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New Jersey Employment Lawyers > Blog > Estate Planning > Four Estate Planning Tips for Long-Term Cohabitating Couples in New Jersey and New York

Four Estate Planning Tips for Long-Term Cohabitating Couples in New Jersey and New York


It has become far more common for people to live together as part of a romantic relationship without actually getting married. According to data collected by the Pew Research Center, the number of long-term cohabitating romantic couples has more than doubled in the past three decades. For cohabitating couples, there are some specialized estate planning considerations. Here, our New Jersey and New York estate planning attorney highlights four tips for long-term cohabitating couples in New Jersey.

Tip #1: Know that New Jersey Law Provides Very Limited Automatic Protection 

What happens if you do not set up an estate plan in New Jersey? The short answer is that state law will control your estate. Upon your passing, your property would be transferred to your intestate heir(s). A spouse is a primary heir in New Jersey. However, in contrast, a long-term romantic partner who is a cohabitant has limited rights. Unlike married partners, cohabitants do not automatically inherit assets if one partner passes away without a will.

 Tip #2: Long-Term Cohabitants Should Have a Valid Will 

Given the lack of automatic protection, a proactive approach to estate planning is a must. Every person who is in a long-term cohabiting couple should draft a valid will. A will dictates how you wish to distribute your assets upon your death—ensuring your partner can inherit specific assets. A well-crafted will provides peace of mind and financial security to both partners.

 Tip #3: Cohabitants May Also Want to Consider a Power of Attorney (POA) 

Incapacity planning is an important part of estate planning. A Power of Attorney (POA) is an essential tool for cohabiting couples. The legal document allows one partner to make important financial or health-related decisions on the other’s behalf in case of incapacitation. By establishing a POA, couples ensure that decision-making remains within the relationship—reflecting mutual trust and understanding.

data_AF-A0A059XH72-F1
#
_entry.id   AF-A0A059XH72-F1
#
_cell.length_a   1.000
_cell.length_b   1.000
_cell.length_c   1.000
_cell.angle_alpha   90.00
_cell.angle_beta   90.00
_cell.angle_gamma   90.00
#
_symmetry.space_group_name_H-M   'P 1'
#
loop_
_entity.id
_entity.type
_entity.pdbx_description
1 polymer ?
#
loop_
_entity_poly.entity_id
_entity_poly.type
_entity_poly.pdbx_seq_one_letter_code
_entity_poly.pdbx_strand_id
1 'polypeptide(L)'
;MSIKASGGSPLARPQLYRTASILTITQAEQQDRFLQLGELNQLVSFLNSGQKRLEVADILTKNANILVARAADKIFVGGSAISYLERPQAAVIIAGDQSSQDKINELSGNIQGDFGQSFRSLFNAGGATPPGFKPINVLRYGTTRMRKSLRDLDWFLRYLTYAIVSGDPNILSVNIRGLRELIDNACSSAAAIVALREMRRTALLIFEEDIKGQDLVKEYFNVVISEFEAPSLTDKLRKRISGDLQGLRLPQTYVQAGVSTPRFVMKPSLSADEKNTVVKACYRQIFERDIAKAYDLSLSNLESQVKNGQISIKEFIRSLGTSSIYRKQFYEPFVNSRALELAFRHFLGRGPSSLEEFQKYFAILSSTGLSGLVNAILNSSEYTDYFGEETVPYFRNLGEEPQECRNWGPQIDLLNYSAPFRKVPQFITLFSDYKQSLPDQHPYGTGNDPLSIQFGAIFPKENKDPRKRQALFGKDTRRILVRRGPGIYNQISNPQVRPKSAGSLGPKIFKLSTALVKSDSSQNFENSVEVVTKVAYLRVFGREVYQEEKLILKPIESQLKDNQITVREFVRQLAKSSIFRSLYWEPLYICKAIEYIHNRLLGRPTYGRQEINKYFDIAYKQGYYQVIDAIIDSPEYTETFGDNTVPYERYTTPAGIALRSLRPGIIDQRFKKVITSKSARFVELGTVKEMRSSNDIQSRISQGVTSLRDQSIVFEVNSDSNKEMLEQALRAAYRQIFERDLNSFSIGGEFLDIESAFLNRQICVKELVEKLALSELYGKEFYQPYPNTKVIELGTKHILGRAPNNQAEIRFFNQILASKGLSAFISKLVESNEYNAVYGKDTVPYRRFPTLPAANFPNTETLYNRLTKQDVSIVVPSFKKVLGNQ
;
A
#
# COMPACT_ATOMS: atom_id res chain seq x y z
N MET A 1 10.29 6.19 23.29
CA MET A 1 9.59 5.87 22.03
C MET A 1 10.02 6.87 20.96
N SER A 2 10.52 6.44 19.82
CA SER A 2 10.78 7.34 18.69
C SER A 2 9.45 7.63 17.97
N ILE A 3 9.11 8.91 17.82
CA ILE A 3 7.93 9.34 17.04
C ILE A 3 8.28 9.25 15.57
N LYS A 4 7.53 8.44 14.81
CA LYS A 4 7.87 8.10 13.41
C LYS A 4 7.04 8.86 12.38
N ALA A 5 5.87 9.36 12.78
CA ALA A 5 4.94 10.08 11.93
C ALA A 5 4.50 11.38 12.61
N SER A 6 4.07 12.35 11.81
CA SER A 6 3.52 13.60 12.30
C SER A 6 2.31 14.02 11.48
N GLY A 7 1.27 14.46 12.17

Tip #4: An Estate Planning Lawyer Can Provide Guidance and Support 

Every adult should have a comprehensive estate plan in place. Proactive estate planning is especially important for long-term, unmarried romantic partners. Navigating estate planning can be complex. You do not have to figure out everything alone. An experienced estate planning lawyer can provide the guidance and support that you can rely on. Among other things, your New Jersey estate planning attorney will help tailor an estate plan that meets your unique needs and goals. An estate plan will typically include a will, powers of attorney (POA), and beneficiary designations. It may also include other documents, such as trusts and living wills.

 Get Help From Our New Jersey and New York Estate Planning Attorney Today

At Poulos LoPiccolo PC, our New Jersey and New York estate planning lawyer is a diligent, experienced advocate for clients. We are focused on finding solutions. If you have any questions about developing an estate plan as a long-term, unmarried couple, please do not hesitate to contact us today for a confidential consultation.



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